Lawyers representing a group of Colorado voters are set to deliver closing arguments on Wednesday in a lawsuit seeking to disqualify former President Donald Trump from the state's ballot next year over his role in the Jan. 6, 2021, attack on the U.S. Capitol by his supporters.
The voters are seeking to use the U.S. Constitution's 14th Amendment, which bars officials who have engaged in "insurrection or rebellion" from holding public office, to argue that Trump is ineligible to run for president in 2024. The provision was ratified in 1868 following the U.S. Civil War.
The case represents a test of legal efforts to use the 14th Amendment to block Trump's candidacy. It is the first such case to go to trial.
The voters, represented in the case by the watchdog group Citizens for Responsibility and Ethics in Washington (CREW), sued Colorado's secretary of state, the state's top elections official, in a bid to block Trump's inclusion on the ballot. Trump is the frontrunner for the Republican nomination to challenge Democratic President Biden in the 2024 U.S. election.
Lawyers in the case Wednesday will make their final pitch to Colorado District Court Judge Sarah Wallace, who will decide the case, following a weeklong trial that featured testimony from U.S. lawmakers, legal experts and Republican political operatives.
Thousands of people stormed the Capitol in a failed attempt to prevent Congress from certifying Biden's 2020 victory over Trump. The lawyers for the voters have sought to convince the judge that Trump's actions in spreading false claims of voter fraud, summoning his supporters to Washington on the day of the riot and initially refusing pleas to quell the violence amounted to an insurrection.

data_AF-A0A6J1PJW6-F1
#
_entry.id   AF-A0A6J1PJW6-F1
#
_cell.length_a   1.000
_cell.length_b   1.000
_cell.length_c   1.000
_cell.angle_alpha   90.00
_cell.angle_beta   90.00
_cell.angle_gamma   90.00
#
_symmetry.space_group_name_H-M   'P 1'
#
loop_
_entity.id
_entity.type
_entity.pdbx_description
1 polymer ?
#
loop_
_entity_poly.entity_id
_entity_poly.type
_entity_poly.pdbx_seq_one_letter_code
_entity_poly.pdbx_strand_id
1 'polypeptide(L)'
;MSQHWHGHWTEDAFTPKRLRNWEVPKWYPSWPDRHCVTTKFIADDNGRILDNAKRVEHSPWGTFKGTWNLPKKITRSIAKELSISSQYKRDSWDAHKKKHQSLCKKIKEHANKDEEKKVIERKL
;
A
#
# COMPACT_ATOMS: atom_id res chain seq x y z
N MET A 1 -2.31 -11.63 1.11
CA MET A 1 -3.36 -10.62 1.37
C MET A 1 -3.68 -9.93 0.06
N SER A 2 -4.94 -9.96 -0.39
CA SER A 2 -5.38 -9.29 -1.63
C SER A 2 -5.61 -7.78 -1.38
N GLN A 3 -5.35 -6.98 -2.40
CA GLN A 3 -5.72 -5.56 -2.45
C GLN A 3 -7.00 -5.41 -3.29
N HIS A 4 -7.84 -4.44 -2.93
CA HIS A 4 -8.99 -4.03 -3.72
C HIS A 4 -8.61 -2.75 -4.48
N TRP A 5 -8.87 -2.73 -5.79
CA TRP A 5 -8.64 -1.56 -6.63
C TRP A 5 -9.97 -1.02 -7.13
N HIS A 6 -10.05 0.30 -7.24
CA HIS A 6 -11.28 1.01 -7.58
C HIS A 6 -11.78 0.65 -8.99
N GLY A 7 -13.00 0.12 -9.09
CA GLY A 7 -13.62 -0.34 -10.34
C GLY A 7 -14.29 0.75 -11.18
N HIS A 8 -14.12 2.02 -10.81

Trump's lawyers have denied that he incited his supporters to violence and have argued that disqualifying him from the ballot would set a dangerous precedent.
Colorado is regarded as a safely Democratic state by nonpartisan election forecasters. Regardless of whether Trump is on the ballot, Biden would be expected to win there. But CREW and other activists are seeking to bring a series of legal challenges to Trump's eligibility based on the 14th Amendment language.
Courts in Michigan and Minnesota have ruled Trump can remain on the ballot for the Republican primaries in those states, but declined to immediately decide on his eligibility for the November 2024 general election.
The cases raise several unsettled legal questions. Many experts view the effort as a legal longshot. The U.S. Supreme Court, whose 6-3 conservative majority includes three Trump appointees, may ultimately weigh in.
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